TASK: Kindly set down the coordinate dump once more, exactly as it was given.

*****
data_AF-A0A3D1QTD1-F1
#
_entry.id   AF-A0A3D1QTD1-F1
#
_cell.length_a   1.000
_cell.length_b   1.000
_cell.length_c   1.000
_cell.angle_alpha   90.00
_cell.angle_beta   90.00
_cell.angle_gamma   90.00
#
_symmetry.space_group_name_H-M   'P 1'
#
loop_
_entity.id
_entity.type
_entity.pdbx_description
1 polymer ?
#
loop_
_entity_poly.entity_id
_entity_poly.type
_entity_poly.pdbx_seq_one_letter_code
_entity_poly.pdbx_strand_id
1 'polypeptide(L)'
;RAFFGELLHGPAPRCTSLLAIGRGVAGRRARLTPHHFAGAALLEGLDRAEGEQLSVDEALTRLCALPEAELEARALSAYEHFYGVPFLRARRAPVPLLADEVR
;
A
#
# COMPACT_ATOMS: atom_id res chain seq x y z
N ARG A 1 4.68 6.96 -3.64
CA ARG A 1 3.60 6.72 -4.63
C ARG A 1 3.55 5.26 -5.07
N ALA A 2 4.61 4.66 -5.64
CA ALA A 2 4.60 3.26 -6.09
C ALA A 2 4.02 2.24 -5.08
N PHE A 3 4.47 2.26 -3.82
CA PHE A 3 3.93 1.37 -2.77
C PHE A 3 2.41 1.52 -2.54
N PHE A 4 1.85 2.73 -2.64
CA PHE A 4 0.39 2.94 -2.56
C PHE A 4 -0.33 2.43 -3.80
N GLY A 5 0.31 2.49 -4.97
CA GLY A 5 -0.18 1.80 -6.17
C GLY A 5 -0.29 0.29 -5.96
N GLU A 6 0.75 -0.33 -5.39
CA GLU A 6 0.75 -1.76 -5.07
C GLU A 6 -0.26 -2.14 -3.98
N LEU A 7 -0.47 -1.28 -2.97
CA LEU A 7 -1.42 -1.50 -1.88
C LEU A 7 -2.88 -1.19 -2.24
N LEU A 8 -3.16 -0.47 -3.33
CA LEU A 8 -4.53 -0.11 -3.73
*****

data_AF-A0A3D1QTD1-F1
#
_entry.id   AF-A0A3D1QTD1-F1
#
_cell.length_a   1.000
_cell.length_b   1.000
_cell.length_c   1.000
_cell.angle_alpha   90.00
_cell.angle_beta   90.00
_cell.angle_gamma   90.00
#
_symmetry.space_group_name_H-M   'P 1'
#
loop_
_entity.id
_entity.type
_entity.pdbx_description
1 polymer ?
#
loop_
_entity_poly.entity_id
_entity_poly.type
_entity_poly.pdbx_seq_one_letter_code
_entity_poly.pdbx_strand_id
1 'polypeptide(L)'
;RAFFGELLHGPAPRCTSLLAIGRGVAGRRARLTPHHFAGAALLEGLDRAEGEQLSVDEALTRLCALPEAELEARALSAYEHFYGVPFLRARRAPVPLLADEVR
;
A
#
# COMPACT_ATOMS: atom_id res chain seq x y z
N ARG A 1 4.68 6.96 -3.64
CA ARG A 1 3.60 6.72 -4.63
C ARG A 1 3.55 5.26 -5.07
N ALA A 2 4.61 4.66 -5.64
CA ALA A 2 4.60 3.26 -6.09
C ALA A 2 4.02 2.24 -5.08
N PHE A 3 4.47 2.26 -3.82
CA PHE A 3 3.93 1.37 -2.77
C PHE A 3 2.41 1.52 -2.54
N PHE A 4 1.85 2.73 -2.64
CA PHE A 4 0.39 2.94 -2.56
C PHE A 4 -0.33 2.43 -3.80
N GLY A 5 0.31 2.49 -4.97
CA GLY A 5 -0.18 1.80 -6.17
C GLY A 5 -0.29 0.29 -5.96
N GLU A 6 0.75 -0.33 -5.39
CA GLU A 6 0.75 -1.76 -5.07
C GLU A 6 -0.26 -2.14 -3.98
N LEU A 7 -0.47 -1.28 -2.97
CA LEU A 7 -1.42 -1.50 -1.88
C LEU A 7 -2.88 -1.19 -2.24
N LEU A 8 -3.16 -0.47 -3.33
CA LEU A 8 -4.53 -0.11 -3.73